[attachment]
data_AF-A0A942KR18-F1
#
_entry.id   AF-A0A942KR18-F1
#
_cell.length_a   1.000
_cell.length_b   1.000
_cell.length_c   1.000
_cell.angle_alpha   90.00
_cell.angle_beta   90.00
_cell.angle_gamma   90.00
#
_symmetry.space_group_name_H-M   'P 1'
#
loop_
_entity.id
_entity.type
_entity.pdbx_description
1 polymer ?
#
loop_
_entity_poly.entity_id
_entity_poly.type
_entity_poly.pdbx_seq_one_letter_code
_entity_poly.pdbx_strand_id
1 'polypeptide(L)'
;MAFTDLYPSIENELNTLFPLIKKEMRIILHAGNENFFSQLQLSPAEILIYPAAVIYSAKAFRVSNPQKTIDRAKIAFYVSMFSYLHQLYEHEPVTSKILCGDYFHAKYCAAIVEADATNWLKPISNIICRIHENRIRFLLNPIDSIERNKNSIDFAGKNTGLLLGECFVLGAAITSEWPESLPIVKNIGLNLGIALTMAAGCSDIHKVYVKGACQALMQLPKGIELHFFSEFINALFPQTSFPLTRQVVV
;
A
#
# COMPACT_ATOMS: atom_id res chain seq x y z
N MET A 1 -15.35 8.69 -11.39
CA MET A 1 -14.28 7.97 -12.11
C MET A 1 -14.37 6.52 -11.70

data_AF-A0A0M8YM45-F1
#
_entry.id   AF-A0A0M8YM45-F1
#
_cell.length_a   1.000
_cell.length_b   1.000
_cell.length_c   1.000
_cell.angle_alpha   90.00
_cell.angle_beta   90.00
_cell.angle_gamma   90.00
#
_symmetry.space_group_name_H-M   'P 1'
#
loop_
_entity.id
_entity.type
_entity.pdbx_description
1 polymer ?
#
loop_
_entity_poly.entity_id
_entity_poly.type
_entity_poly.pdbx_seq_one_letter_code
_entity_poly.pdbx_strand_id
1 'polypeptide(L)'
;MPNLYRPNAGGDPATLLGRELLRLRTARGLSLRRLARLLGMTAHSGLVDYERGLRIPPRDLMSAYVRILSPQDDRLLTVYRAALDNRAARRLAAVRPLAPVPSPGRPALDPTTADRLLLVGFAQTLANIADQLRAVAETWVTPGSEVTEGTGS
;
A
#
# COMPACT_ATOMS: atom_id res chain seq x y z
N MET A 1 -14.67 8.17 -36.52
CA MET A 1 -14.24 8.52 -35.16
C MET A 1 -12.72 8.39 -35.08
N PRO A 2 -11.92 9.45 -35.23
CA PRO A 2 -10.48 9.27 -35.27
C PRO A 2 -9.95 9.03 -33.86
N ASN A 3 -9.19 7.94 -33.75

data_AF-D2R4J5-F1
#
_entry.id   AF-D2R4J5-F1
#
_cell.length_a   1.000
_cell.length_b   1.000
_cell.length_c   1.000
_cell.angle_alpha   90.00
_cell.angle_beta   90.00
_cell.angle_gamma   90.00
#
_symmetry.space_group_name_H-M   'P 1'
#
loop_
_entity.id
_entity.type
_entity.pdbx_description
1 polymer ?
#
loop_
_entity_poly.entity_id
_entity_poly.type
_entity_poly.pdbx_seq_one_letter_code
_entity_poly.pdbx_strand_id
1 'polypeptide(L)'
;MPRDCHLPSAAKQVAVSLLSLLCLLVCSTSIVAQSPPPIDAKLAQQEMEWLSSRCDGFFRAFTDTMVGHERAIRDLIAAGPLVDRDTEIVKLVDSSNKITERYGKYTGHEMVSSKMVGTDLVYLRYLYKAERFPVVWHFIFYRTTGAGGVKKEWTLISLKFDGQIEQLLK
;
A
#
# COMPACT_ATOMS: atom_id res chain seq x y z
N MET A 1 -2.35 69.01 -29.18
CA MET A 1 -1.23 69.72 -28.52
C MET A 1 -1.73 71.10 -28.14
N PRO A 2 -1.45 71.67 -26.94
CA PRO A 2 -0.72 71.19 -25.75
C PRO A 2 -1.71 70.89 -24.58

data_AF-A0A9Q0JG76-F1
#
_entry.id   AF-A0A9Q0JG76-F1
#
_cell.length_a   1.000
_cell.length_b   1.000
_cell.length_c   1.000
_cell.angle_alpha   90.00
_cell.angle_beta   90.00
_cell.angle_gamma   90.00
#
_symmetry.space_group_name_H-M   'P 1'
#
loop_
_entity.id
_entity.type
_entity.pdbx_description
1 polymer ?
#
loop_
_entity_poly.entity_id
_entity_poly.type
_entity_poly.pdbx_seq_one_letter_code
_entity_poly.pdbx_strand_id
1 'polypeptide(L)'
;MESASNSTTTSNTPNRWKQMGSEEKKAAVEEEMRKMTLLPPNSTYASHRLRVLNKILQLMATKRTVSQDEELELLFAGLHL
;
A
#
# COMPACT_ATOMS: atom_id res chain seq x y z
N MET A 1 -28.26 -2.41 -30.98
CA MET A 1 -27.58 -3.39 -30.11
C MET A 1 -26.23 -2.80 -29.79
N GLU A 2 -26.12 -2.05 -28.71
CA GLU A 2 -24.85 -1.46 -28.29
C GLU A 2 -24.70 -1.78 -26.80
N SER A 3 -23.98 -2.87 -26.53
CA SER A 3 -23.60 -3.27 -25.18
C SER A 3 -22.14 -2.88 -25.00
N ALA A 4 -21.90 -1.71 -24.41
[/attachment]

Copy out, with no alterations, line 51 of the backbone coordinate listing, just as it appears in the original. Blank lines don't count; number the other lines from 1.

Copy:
1 polymer ?